Methods Inf Med 2007; 46(03): 254-260
DOI: 10.1160/ME9040
Schattauer GmbH

Motion Artifact Reducing Reconstruction of 4D CT Image Data for the Analysis of Respiratory Dynamics

R. Werner
1   Department of Medical Informatics, University Medical Center Hamburg-Eppendorf, Hamburg, Germany
J. Ehrhardt
1   Department of Medical Informatics, University Medical Center Hamburg-Eppendorf, Hamburg, Germany
T. Frenzel
2   Hermann-Holthusen Institute for Radiotherapy, AK St. Georg Hospital, Hamburg, Germany
D. Säring
1   Department of Medical Informatics, University Medical Center Hamburg-Eppendorf, Hamburg, Germany
W. Lu
3   Department of Radiation Oncology, Washington University School of Medicine, St. Louis, MO, USA
D. Low
3   Department of Radiation Oncology, Washington University School of Medicine, St. Louis, MO, USA
H. Handels
1   Department of Medical Informatics, University Medical Center Hamburg-Eppendorf, Hamburg, Germany
› Author Affiliations
Further Information

Publication History

Publication Date:
20 January 2018 (online)


Objectives: Respiratory motion represents a major problem in radiotherapy of thoracic and abdominal tumors. Methods for compensation require comprehensive knowledge of underlying dynamics. Therefore, 4D (= 3D + t) CT data can be helpful. But modern CT scanners cannot scan a large region of interest simultaneously. So patients have to be scanned in segments. Commonly used approaches for reconstructing the data segments into 4D CT images cause motion artifacts. In orderto reduce the artifacts, a new method for 4D CT reconstruction is presented. The resulting data sets are used to analyze respiratory motion.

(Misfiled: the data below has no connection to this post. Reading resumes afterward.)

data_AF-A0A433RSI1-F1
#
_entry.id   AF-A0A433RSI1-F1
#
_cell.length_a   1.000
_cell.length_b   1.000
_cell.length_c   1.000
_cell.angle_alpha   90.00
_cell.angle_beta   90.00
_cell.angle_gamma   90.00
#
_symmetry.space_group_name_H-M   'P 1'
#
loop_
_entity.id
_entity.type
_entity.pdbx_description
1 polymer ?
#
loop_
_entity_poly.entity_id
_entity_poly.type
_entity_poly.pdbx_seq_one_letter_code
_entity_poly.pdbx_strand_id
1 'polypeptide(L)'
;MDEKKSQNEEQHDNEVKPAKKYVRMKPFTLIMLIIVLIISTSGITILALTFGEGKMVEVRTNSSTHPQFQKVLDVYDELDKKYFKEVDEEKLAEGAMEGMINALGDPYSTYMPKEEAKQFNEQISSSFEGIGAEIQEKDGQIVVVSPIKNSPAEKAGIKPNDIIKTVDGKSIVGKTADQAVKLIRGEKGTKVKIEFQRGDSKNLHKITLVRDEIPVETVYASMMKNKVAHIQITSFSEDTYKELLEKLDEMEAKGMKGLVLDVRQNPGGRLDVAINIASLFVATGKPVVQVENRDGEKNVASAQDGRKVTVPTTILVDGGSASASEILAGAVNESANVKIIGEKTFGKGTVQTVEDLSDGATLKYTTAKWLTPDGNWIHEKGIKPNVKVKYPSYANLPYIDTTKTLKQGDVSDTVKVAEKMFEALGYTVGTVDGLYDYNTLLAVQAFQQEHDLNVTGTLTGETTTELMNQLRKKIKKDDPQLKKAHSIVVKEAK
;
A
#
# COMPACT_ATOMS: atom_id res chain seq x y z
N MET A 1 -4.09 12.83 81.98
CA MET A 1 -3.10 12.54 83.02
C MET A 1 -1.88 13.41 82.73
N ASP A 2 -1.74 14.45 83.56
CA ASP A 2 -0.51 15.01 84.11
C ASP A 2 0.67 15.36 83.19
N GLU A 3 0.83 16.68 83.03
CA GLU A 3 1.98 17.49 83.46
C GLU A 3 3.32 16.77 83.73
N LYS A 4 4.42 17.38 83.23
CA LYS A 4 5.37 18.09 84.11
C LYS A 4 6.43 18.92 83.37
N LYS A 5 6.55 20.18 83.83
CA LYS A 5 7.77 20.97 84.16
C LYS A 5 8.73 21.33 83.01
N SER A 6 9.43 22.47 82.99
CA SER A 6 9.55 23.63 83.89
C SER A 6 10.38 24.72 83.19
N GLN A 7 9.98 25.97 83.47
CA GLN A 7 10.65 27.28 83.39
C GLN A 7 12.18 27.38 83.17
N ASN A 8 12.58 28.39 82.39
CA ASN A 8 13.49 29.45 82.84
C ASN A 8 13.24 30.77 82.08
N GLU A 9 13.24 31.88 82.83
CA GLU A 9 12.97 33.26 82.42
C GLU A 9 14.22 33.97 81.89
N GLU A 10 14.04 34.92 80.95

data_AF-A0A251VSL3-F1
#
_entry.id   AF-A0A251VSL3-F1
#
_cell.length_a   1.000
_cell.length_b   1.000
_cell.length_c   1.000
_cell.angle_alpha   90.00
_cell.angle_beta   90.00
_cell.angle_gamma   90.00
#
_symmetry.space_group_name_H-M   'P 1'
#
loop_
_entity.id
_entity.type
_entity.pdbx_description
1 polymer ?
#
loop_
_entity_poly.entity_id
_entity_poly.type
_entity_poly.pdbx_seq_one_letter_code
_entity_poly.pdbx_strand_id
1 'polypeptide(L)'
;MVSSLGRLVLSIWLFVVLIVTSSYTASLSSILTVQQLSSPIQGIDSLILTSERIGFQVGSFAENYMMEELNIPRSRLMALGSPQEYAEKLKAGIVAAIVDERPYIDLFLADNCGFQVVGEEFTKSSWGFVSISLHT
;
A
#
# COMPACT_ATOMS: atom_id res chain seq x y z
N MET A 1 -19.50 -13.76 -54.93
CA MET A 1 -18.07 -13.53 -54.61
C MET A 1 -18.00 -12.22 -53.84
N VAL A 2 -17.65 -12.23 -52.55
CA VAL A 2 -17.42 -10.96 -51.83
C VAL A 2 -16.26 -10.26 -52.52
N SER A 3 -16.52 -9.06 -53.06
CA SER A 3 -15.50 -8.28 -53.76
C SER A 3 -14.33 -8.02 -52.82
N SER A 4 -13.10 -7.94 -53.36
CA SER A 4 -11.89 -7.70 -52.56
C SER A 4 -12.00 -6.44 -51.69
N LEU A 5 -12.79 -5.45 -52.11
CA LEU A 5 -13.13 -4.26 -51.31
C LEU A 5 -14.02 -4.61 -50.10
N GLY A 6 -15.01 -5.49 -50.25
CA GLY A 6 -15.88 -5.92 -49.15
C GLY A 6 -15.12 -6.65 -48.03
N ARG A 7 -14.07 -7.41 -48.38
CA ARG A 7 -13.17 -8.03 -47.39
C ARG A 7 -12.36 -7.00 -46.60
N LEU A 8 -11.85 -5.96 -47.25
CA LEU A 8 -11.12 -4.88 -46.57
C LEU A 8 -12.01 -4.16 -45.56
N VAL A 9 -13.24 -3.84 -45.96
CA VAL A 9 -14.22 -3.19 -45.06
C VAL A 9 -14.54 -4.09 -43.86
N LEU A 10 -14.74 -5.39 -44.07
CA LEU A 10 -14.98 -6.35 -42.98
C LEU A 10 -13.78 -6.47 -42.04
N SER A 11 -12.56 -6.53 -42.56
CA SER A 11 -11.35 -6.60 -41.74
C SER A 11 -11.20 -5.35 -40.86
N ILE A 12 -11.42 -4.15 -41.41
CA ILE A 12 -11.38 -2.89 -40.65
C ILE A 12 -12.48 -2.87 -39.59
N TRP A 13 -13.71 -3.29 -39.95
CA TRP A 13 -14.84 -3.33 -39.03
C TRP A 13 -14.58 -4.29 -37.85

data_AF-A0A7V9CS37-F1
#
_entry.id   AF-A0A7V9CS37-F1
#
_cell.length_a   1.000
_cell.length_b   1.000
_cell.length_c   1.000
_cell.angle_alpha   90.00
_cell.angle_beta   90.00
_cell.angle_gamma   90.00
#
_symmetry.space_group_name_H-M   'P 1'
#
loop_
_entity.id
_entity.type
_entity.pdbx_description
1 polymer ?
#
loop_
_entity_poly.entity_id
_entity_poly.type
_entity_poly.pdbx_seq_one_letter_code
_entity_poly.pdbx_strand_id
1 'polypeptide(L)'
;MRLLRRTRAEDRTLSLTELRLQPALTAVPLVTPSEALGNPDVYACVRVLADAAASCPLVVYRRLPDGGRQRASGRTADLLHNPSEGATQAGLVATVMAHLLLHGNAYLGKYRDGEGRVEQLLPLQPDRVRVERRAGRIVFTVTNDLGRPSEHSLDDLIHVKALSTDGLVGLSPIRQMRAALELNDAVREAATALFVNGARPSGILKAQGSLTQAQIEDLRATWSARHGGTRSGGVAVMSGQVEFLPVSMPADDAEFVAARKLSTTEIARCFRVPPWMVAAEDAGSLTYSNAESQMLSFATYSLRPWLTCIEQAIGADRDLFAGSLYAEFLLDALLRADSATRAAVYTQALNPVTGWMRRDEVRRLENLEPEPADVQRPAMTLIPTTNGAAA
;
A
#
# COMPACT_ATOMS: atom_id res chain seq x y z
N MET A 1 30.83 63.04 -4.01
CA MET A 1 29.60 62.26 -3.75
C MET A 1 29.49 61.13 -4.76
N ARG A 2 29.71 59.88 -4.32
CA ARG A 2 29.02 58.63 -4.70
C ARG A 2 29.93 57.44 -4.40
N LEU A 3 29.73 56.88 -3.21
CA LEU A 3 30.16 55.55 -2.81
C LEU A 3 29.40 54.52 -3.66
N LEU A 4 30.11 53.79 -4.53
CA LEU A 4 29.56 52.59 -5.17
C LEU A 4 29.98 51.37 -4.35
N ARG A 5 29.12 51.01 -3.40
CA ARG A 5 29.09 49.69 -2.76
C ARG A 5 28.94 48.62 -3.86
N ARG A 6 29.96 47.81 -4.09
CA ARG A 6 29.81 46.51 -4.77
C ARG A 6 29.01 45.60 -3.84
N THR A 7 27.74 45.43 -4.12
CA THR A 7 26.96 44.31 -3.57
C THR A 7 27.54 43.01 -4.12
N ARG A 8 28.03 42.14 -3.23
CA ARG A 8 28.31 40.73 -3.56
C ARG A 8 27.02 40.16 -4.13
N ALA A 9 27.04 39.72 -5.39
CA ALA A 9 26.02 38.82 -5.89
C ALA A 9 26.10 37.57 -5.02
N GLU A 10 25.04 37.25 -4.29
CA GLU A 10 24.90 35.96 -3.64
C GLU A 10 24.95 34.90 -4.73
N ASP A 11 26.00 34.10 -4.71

Methods: Spatiotemporal CT image sequences of lung cancer patients were acquired using a multi-slice CT in cine mode during free breathing. 4D CT reconstruction was done by optical flow based temporal interpolation. The resulting 4D image data were compared with data generated bythe commonly used nearest neighbor reconstruction. Subsequent motion analysis is mainly concerned with tumor mobility.

Results: The presented optical flow-based method enables the reconstruction of 3D CT images at arbitrarily chosen points of the patient’s breathing cycle. A considerable reduction of motion artifacts has been proven in eight patient data sets. Motion analysis showed that tumor mobility differs strongly between the patients.

Conclusions: Due to the proved reduction of motion artifacts, the optical flow-based 4D CT reconstruction offers the possibility of high-quality motion analysis. Because the method is based on an interpolation scheme, it additionally has the potential to enable the reconstruction of 4D CT data from a lesser number of scans.

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